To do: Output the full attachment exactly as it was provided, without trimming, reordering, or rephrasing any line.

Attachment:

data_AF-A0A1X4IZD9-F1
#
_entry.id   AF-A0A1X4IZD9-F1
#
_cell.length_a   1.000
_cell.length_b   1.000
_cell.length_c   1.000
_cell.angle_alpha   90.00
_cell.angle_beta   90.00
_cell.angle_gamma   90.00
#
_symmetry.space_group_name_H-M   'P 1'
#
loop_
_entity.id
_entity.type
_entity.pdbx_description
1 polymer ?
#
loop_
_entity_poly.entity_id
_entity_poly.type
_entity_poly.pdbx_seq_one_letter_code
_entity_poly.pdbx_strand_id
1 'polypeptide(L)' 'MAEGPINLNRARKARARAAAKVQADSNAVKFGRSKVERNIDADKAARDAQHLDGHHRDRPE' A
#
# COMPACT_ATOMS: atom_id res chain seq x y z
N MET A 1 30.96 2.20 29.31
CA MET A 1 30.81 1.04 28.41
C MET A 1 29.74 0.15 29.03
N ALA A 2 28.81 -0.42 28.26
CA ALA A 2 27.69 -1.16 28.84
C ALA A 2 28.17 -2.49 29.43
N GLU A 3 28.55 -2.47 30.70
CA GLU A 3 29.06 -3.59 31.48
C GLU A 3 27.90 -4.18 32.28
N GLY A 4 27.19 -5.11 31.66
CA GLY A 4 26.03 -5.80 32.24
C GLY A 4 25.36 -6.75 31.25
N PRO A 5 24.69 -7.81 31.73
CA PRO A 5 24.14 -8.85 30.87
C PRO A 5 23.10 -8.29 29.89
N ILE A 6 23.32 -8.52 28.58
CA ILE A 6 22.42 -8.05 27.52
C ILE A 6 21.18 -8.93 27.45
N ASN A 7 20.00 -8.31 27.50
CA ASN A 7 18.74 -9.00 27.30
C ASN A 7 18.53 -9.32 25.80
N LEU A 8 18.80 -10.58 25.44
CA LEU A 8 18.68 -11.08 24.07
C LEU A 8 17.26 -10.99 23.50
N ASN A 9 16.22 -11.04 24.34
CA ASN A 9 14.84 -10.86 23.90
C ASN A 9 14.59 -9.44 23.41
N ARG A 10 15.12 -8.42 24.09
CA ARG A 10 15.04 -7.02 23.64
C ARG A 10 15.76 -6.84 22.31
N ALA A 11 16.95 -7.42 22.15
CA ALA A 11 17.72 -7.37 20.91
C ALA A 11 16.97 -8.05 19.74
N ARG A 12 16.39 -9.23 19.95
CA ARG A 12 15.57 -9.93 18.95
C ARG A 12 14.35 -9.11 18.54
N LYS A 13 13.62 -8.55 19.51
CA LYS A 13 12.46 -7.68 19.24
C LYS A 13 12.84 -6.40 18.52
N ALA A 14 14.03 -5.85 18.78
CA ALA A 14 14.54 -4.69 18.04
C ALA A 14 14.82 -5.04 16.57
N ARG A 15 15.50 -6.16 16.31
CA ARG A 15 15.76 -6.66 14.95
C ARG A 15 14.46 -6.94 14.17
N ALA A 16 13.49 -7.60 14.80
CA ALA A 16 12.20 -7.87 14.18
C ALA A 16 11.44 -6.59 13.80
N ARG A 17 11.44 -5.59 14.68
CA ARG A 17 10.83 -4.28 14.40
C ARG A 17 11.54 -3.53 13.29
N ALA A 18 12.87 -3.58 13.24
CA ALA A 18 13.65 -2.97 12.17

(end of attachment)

data_AF-A0A1X4IZD9-F1
#
_entry.id   AF-A0A1X4IZD9-F1
#
_cell.length_a   1.000
_cell.length_b   1.000
_cell.length_c   1.000
_cell.angle_alpha   90.00
_cell.angle_beta   90.00
_cell.angle_gamma   90.00
#
_symmetry.space_group_name_H-M   'P 1'
#
loop_
_entity.id
_entity.type
_entity.pdbx_description
1 polymer ?
#
loop_
_entity_poly.entity_id
_entity_poly.type
_entity_poly.pdbx_seq_one_letter_code
_entity_poly.pdbx_strand_id
1 'polypeptide(L)' 'MAEGPINLNRARKARARAAAKVQADSNAVKFGRSKVERNIDADKAARDAQHLDGHHRDRPE' A
#
# COMPACT_ATOMS: atom_id res chain seq x y z
N MET A 1 30.96 2.20 29.31
CA MET A 1 30.81 1.04 28.41
C MET A 1 29.74 0.15 29.03
N ALA A 2 28.81 -0.42 28.26
CA ALA A 2 27.69 -1.16 28.84
C ALA A 2 28.17 -2.49 29.43
N GLU A 3 28.55 -2.47 30.70
CA GLU A 3 29.06 -3.59 31.48
C GLU A 3 27.90 -4.18 32.28
N GLY A 4 27.19 -5.11 31.66
CA GLY A 4 26.03 -5.80 32.24
C GLY A 4 25.36 -6.75 31.25
N PRO A 5 24.69 -7.81 31.73
CA PRO A 5 24.14 -8.85 30.87
C PRO A 5 23.10 -8.29 29.89
N ILE A 6 23.32 -8.52 28.58
CA ILE A 6 22.42 -8.05 27.52
C ILE A 6 21.18 -8.93 27.45
N ASN A 7 20.00 -8.31 27.50
CA ASN A 7 18.74 -9.00 27.30
C ASN A 7 18.53 -9.32 25.80
N LEU A 8 18.80 -10.58 25.44
CA LEU A 8 18.68 -11.08 24.07
C LEU A 8 17.26 -10.99 23.50
N ASN A 9 16.22 -11.04 24.34
CA ASN A 9 14.84 -10.86 23.90
C ASN A 9 14.59 -9.44 23.41
N ARG A 10 15.12 -8.42 24.09
CA ARG A 10 15.04 -7.02 23.64
C ARG A 10 15.76 -6.84 22.31
N ALA A 11 16.95 -7.42 22.15
CA ALA A 11 17.72 -7.37 20.91
C ALA A 11 16.97 -8.05 19.74
N ARG A 12 16.39 -9.23 19.95
CA ARG A 12 15.57 -9.93 18.95
C ARG A 12 14.35 -9.11 18.54
N LYS A 13 13.62 -8.55 19.51
CA LYS A 13 12.46 -7.68 19.24
C LYS A 13 12.84 -6.40 18.52
N ALA A 14 14.03 -5.85 18.78
CA ALA A 14 14.54 -4.69 18.04
C ALA A 14 14.82 -5.04 16.57
N ARG A 15 15.50 -6.16 16.31
CA ARG A 15 15.76 -6.66 14.95
C ARG A 15 14.46 -6.94 14.17
N ALA A 16 13.49 -7.60 14.80
CA ALA A 16 12.20 -7.87 14.18
C ALA A 16 11.44 -6.59 13.80
N ARG A 17 11.44 -5.59 14.68
CA ARG A 17 10.83 -4.28 14.40
C ARG A 17 11.54 -3.53 13.29
N ALA A 18 12.87 -3.58 13.24
CA ALA A 18 13.65 -2.97 12.17